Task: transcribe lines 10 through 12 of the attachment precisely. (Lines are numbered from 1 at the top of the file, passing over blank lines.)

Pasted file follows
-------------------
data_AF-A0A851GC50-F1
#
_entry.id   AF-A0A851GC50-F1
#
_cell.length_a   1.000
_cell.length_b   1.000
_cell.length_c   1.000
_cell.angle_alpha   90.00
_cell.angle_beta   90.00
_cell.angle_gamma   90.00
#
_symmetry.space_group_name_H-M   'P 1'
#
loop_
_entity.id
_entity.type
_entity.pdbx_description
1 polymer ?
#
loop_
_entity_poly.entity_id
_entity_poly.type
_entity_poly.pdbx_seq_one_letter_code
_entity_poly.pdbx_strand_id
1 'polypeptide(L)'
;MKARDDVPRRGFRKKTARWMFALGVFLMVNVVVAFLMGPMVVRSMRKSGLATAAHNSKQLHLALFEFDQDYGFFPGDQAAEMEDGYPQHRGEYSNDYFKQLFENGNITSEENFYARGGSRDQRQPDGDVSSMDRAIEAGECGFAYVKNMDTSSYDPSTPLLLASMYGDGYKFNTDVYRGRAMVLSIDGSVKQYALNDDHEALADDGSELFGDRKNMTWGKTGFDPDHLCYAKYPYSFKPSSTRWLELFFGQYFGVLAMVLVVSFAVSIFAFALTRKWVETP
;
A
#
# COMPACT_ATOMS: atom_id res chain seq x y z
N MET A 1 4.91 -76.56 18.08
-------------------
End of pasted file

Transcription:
_cell.angle_gamma   90.00
#
_symmetry.space_group_name_H-M   'P 1'